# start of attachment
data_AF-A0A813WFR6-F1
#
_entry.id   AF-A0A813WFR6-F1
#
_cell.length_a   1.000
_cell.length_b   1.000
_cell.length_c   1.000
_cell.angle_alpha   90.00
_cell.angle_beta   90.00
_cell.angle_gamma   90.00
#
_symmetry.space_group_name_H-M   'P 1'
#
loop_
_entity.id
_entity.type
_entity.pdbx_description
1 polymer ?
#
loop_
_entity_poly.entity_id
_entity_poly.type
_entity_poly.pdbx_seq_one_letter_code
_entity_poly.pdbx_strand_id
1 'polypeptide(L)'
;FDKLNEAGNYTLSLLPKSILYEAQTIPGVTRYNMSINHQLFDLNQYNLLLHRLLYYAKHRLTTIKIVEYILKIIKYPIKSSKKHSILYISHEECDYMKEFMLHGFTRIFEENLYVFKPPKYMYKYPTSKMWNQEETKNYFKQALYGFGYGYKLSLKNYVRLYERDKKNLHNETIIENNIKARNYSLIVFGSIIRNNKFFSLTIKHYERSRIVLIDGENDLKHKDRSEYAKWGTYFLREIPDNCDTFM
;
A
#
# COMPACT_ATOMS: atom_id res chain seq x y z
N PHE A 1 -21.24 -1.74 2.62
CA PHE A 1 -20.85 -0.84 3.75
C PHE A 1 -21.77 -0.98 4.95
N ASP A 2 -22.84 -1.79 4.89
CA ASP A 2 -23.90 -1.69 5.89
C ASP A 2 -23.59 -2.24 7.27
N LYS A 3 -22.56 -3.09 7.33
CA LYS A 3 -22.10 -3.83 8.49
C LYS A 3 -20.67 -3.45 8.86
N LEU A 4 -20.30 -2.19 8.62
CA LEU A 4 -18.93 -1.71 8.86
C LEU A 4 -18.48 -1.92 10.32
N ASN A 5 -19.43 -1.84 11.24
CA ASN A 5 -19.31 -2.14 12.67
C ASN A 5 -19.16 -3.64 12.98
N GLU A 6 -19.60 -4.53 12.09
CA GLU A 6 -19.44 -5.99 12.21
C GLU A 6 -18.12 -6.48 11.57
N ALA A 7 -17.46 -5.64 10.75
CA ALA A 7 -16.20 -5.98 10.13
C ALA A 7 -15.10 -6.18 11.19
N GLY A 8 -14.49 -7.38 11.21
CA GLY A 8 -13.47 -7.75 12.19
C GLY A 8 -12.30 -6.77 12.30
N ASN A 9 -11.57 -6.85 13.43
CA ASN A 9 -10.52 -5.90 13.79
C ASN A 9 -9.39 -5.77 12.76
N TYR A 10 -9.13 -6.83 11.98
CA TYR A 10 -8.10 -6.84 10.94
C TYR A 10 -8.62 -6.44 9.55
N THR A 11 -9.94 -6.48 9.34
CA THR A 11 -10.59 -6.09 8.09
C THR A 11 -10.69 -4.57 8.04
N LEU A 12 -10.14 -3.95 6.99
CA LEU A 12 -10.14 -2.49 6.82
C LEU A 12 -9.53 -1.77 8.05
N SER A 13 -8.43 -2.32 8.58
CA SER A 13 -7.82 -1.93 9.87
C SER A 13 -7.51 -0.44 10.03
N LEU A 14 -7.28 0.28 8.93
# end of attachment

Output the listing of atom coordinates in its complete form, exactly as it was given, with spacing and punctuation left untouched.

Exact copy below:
data_AF-A0A813WFR6-F1
#
_entry.id   AF-A0A813WFR6-F1
#
_cell.length_a   1.000
_cell.length_b   1.000
_cell.length_c   1.000
_cell.angle_alpha   90.00
_cell.angle_beta   90.00
_cell.angle_gamma   90.00
#
_symmetry.space_group_name_H-M   'P 1'
#
loop_
_entity.id
_entity.type
_entity.pdbx_description
1 polymer ?
#
loop_
_entity_poly.entity_id
_entity_poly.type
_entity_poly.pdbx_seq_one_letter_code
_entity_poly.pdbx_strand_id
1 'polypeptide(L)'
;FDKLNEAGNYTLSLLPKSILYEAQTIPGVTRYNMSINHQLFDLNQYNLLLHRLLYYAKHRLTTIKIVEYILKIIKYPIKSSKKHSILYISHEECDYMKEFMLHGFTRIFEENLYVFKPPKYMYKYPTSKMWNQEETKNYFKQALYGFGYGYKLSLKNYVRLYERDKKNLHNETIIENNIKARNYSLIVFGSIIRNNKFFSLTIKHYERSRIVLIDGENDLKHKDRSEYAKWGTYFLREIPDNCDTFM
;
A
#
# COMPACT_ATOMS: atom_id res chain seq x y z
N PHE A 1 -21.24 -1.74 2.62
CA PHE A 1 -20.85 -0.84 3.75
C PHE A 1 -21.77 -0.98 4.95
N ASP A 2 -22.84 -1.79 4.89
CA ASP A 2 -23.90 -1.69 5.89
C ASP A 2 -23.59 -2.24 7.27
N LYS A 3 -22.56 -3.09 7.33
CA LYS A 3 -22.10 -3.83 8.49
C LYS A 3 -20.67 -3.45 8.86
N LEU A 4 -20.30 -2.19 8.62
CA LEU A 4 -18.93 -1.71 8.86
C LEU A 4 -18.48 -1.92 10.32
N ASN A 5 -19.43 -1.84 11.24
CA ASN A 5 -19.31 -2.14 12.67
C ASN A 5 -19.16 -3.64 12.98
N GLU A 6 -19.60 -4.53 12.09
CA GLU A 6 -19.44 -5.99 12.21
C GLU A 6 -18.12 -6.48 11.57
N ALA A 7 -17.46 -5.64 10.75
CA ALA A 7 -16.20 -5.98 10.13
C ALA A 7 -15.10 -6.18 11.19
N GLY A 8 -14.49 -7.38 11.21
CA GLY A 8 -13.47 -7.75 12.19
C GLY A 8 -12.30 -6.77 12.30
N ASN A 9 -11.57 -6.85 13.43
CA ASN A 9 -10.52 -5.90 13.79
C ASN A 9 -9.39 -5.77 12.76
N TYR A 10 -9.13 -6.83 11.98
CA TYR A 10 -8.10 -6.84 10.94
C TYR A 10 -8.62 -6.44 9.55
N THR A 11 -9.94 -6.48 9.34
CA THR A 11 -10.59 -6.09 8.09
C THR A 11 -10.69 -4.57 8.04
N LEU A 12 -10.14 -3.95 6.99
CA LEU A 12 -10.14 -2.49 6.82
C LEU A 12 -9.53 -1.77 8.05
N SER A 13 -8.43 -2.32 8.58
CA SER A 13 -7.82 -1.93 9.87
C SER A 13 -7.51 -0.44 10.03
N LEU A 14 -7.28 0.28 8.93